Most people prefer surgical septal perforation treatment, according to Warren. “There are many different surgical techniques, but all techniques basically move the patient’s own tissue to cover the hole or use outside graft material to patch the hole.”
Many nasal specialists believe that surgery — as opposed to continuous nasal irrigation or placement of a septal button — leads to better long-term outcomes because it has a better chance of restoring proper nasal function. If you are considering surgery, it is imperative that you find an expert to perform the procedure.
“Septal perforation repair is a technically demanding procedure and there are only a handful of plastic and reconstructive surgeons and otolaryngologists that are skilled in these methods, especially for larger defects,” says Dr. Matthew Kaufman, a board-certified plastic surgeon and otolaryngologist based in New Jersey.
Septal perforation repair surgery is usually successful, but some large perforations can be difficult to close. Kaufman and his colleagues have developed a method of septal perforation repair for septal perforations that are so large that they cause a problem called “saddle nose deformity” or “nasal collapse,” because they extend from the top of the nose all the way to the bottom; essentially an entire loss of the septum.
“This method involves extensive mobilization of nasal linings and use of bone and cartilage grafting,” Kaufman explains. The procedure has resulted in successful repair of septal perforations, normalization of nasal function, and correction of the saddle nose deformity in patients with these very large defects, according to Kaufman.
It’s important to understand that not all septal perforations are treatable. “Perforations should not be treated when patients cannot safely undergo general anesthesia,” says Warren. “Patients with autoimmune diseases (e.g. sarcoidosis or Wegener granulomatosis) should not undergo surgical treatment. Patients still actively using nasal steroids, decongestants or cocaine should not undergo surgery. Finally, patients with very large perforation may require a surgical procedure so large that it may not be worth undergoing the procedure.”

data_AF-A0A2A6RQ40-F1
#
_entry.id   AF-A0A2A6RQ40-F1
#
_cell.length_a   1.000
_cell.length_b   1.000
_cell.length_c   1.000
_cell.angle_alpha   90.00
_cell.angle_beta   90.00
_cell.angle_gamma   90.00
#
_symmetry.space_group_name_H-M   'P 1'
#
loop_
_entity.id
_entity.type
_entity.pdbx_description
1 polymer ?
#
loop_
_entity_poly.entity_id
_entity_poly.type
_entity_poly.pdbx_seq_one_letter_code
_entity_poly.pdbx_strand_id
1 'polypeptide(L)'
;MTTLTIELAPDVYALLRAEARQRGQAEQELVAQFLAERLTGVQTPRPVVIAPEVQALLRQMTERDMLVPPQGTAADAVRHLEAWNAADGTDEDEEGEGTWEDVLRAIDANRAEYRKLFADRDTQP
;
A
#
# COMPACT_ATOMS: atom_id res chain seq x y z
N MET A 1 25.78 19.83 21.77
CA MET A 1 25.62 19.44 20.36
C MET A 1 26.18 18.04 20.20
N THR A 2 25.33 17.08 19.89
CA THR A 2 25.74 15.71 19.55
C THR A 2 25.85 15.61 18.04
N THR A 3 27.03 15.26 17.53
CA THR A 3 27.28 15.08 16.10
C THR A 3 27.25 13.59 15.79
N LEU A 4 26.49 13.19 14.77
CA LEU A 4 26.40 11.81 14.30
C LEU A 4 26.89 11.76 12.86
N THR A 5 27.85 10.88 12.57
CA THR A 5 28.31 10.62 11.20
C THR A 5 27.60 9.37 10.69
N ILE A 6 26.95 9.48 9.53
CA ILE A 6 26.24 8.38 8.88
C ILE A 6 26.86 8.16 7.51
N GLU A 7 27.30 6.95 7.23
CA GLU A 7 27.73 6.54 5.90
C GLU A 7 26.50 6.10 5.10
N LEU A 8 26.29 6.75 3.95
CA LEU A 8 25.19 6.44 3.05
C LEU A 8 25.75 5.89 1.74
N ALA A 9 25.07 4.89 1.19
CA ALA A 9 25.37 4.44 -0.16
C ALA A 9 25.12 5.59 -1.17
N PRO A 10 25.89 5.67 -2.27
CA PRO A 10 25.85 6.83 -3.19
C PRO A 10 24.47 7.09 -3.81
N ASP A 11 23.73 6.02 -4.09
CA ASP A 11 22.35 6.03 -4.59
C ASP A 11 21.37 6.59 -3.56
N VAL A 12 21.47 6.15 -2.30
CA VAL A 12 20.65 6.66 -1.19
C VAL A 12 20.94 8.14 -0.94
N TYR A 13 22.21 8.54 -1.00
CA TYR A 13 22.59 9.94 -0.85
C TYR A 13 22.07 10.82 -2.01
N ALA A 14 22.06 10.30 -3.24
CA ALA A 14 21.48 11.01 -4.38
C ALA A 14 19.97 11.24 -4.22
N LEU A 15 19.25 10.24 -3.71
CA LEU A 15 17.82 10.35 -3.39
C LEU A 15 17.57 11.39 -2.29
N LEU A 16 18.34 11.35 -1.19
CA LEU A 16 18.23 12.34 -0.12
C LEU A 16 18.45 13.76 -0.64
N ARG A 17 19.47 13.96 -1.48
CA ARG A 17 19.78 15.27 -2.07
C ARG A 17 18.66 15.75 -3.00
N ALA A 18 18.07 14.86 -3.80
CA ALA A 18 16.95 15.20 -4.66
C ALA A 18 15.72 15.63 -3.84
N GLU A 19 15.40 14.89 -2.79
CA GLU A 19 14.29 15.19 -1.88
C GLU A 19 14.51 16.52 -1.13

It should be noted that the success rate of septal perforation repair surgeries is lower than many other types of surgery. The success of this surgery is not only impacted by the severity of the perforation, but also on what caused it.
“A perforation induced from an inflammatory disorder or from severe exposure to chemicals or trauma with subsequent scarring and decrease in blood supply will have a higher chance for failure despite surgery,” says Dr. Matthew E. Jung a New Jersey otolaryngologist. “In general, smaller perforations have a high success rate around 90%, and 70 to 80% with larger perforations.”
The recovery process
After treatment your doctor will most likely instruct you to rinse your nose several times a day with a saline solution; your doctor will provide you with instructions on how to use the solution. You should expect to experience some drainage following septal perforation surgery, and you may need to visit your doctor to have your nose cleaned a few times.
Recovery time will depend on how the perforation was treated. While patients that receive a septal button to plug the perforation see results immediately and don’t require much downtime, those that undergo surgery can expect roughly a week to ten days of downtime.
Surgical recovery also requires having nasal packing and splinting in place for up to a month. Swelling may persist for weeks or even months.
During your septal perforation repair recovery, avoid blowing your nose, as well as vigorous exercise and bending over. Also, be careful to avoid injuring your nose during recovery.
Warren points out that while people usually can’t tell that you’ve been operated on, this doesn’t mean the recovery will be easy. He says that patients often feel tired, have pain from the surgery for a few days, and experience stuffiness, crusting, oozing, a runny nose, and impaired airflow for days or weeks after surgery.
It is very important that you locate a surgeon with the appropriate training, skill, and experience. Either a board-certified plastic surgeon, facial plastic surgeon or otolaryngologist who specializes in nasal surgeries are ideal choices. Be sure to follow all of you surgeon’s instructions very closely for the best possible results.